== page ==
Those of you who remember the fabulous TV program that ran from 1978-81, The White Shadow, know that many episodes included scenes in which Carver High basketball team members were shown after practice in a common shower room, washing away the sweat of their workout. Any number of things could be discussed while the players were cleaning up, and at times an impromptu doo-wop singing session would ensue.
For those of us who grew up in the 1970s and the decades before, there was nothing odd about the idea of a group of high-school athletes showering in the same room—without curtains or opaque glass doors. That’s how it was done. You practiced. You showered. You got changed. Together. We were all guys and had the, ahem, same equipment, so it was no big deal. Sometimes, a coach would be in the shower room when we got there, but that didn’t matter. His “equipment” was just older than ours.
Today’s young athletes would watch those White Shadow scenes and cringe. I don’t know how this happened, but the idea of a basketball team’s ending practice and then hitting the showers together is as alien to them as is dialing a phone or using a typewriter. When my son played high-school sports, he would think nothing of walking off the field and into my car smelling like the area under the Platt Bridge on a steamy August afternoon, because there was no way he was showering in the gym. I’m not even sure there were showers there.
I am talking about just showering, of course, because the disgusting details of Jerry Sandusky’s alleged monstrous behavior that continue to ooze out of the courtroom in Bellefonte are about something completely different. Mike McQueary’s testimony of Sandusky’s alleged rape of a boy has brought anyone following the case into Penn State’s athletic facility’s showers in the most horrifying way possible. Images presented by the alleged victims (an aside: won’t it be great when we can stop using the word “alleged” to describe the courageous young men who have stepped forward to confront their tormentor?) of hugging and soaping up and horseplay have been burned into our minds forever.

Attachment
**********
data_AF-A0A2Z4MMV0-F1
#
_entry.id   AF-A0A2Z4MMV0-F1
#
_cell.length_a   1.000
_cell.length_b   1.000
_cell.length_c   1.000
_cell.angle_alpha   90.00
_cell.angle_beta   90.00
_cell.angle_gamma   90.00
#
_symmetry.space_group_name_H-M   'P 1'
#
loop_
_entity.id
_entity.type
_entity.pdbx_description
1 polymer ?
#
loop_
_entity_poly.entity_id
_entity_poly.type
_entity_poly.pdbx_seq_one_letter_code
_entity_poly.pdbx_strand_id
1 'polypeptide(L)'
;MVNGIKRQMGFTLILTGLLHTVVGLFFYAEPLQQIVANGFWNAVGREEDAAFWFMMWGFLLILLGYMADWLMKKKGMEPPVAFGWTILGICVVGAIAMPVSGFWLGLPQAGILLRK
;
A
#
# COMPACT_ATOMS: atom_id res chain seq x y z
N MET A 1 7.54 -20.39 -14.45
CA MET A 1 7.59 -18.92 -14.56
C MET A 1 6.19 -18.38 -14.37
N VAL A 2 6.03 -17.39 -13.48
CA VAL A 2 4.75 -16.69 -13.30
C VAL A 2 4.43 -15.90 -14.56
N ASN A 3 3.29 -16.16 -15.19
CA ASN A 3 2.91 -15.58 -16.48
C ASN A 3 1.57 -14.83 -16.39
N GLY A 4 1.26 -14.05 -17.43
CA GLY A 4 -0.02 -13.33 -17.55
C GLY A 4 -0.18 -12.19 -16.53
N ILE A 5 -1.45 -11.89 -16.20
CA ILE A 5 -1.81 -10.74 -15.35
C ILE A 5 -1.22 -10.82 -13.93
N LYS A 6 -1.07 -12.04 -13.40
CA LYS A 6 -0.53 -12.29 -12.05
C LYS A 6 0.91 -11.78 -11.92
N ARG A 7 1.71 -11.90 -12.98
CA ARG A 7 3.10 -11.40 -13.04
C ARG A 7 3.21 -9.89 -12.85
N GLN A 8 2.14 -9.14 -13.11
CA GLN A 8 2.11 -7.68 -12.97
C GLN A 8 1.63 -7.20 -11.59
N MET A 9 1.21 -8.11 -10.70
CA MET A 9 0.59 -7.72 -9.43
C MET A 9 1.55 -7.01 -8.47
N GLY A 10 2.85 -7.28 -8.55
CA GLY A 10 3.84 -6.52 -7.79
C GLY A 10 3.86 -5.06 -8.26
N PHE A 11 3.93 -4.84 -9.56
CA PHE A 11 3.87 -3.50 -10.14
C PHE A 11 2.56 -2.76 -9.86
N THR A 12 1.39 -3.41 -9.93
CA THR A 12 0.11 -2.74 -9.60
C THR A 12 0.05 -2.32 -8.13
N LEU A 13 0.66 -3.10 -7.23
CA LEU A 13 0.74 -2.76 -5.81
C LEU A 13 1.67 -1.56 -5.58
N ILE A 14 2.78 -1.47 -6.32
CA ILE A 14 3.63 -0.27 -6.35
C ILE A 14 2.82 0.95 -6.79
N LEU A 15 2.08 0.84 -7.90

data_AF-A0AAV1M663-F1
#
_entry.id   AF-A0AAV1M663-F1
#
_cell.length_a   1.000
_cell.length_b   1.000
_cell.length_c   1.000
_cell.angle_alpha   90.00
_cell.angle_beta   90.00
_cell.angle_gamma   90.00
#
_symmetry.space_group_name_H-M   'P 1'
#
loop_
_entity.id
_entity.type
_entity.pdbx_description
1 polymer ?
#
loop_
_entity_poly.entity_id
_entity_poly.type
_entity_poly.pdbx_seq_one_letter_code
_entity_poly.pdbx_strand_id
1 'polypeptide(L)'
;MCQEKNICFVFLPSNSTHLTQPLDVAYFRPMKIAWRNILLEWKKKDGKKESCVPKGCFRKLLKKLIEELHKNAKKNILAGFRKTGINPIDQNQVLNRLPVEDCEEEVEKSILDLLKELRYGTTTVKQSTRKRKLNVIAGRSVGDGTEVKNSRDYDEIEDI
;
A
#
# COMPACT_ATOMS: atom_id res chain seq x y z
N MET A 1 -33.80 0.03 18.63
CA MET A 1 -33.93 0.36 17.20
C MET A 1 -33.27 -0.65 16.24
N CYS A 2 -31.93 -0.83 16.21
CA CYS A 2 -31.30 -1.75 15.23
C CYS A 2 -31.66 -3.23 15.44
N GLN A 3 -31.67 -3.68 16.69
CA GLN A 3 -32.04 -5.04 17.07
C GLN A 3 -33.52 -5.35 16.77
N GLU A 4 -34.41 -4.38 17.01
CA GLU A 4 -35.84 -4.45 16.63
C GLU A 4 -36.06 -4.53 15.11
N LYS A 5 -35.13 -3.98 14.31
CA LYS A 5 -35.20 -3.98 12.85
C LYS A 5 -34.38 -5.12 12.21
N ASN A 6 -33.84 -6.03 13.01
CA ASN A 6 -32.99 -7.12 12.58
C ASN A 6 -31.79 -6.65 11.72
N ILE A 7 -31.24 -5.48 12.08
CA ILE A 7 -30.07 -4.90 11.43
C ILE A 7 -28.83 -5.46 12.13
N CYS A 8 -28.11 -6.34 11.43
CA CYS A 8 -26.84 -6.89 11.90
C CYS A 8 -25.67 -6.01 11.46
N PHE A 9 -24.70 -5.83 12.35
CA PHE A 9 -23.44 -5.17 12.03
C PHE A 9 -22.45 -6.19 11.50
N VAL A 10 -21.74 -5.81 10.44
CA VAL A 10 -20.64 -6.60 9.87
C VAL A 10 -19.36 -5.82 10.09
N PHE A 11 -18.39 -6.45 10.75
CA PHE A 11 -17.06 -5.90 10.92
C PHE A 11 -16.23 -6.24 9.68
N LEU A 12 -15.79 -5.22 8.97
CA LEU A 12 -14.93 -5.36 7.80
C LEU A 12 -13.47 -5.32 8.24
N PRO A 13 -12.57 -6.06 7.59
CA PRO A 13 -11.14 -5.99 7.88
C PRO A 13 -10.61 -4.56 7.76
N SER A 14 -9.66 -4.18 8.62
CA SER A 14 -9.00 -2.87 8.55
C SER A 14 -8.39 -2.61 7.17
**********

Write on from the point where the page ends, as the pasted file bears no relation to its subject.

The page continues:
Monday, former Penn State assistant football coaches Dick Anderson and Booker Brooks testified that it was not unusual for coaches to shower with younger boys—and men of all ages at Penn State’s facility. Of course, when Brooks was asked by a prosecutor whether he would have a problem if another man were hugging his grandson while they showered, he replied, “Well, no. If it happened like that, I would.”
Of course he would have a problem with that. Anybody would. There is a huge difference between people’s using showers for their intended purpose—to get clean—and a predator’s employing them to molest children.
About seven or eight years ago, my three sons and I swam indoors at a local health club and changed back into our clothes in the locker room afterward. As you might expect, men of all shapes and sizes were parading around, in various stages of undress, including the Obligatory Hairy Naked Dude, who seems to be installed by central casting in every locker room. Other than the fact that my kids weren’t too keen on being in the hot tub (in their bathing suits) with OHND, there was no unease in the room. Men and boys changed. They showered. They walked around.
That athletic culture has prevailed for decades, and will persist moving forward. Sandusky’s alleged actions have nothing to do with business as usual at health club, school, college and professional locker rooms around the world. They represent the manifestations of an abuser’s polluted mind. They demonstrate what can happen when susceptible children become entangled with someone who takes advantage of their trust and vulnerability to satisfy his own twisted desires.
They also mean that no coach/mentor/trainer/friendly uncle will be showering with young boys again. Or at least we hope he won’t. The graphic accounts from the alleged victims have shown us that no parent can be certain that the man their son is in contact with is completely above reproach. That’s too bad, but it must be that way. From now on the rule is simple: if a boy has to take a shower away from home, he either does it alone, or with his father, brother or grandfather. Period. If that can’t be arranged, he heads home a little ripe and cleans up there.
As for the rest of us, the ritualistic cleansing after games, workouts and practice sessions can—and should—continue. It may be too much to ask today’s high-schoolers to reprise the habits of Carver High’s finest, and it’s unlikely they would ever sing “Duke of Earl” as well as Coolidge, Thorpe, Hayward, Reese et al did. But the huge difference between the foul acts of a predator and innocent bathing must remain clear. Sandusky’s alleged behavior is criminal, despicable and craven. Everything else is just getting clean.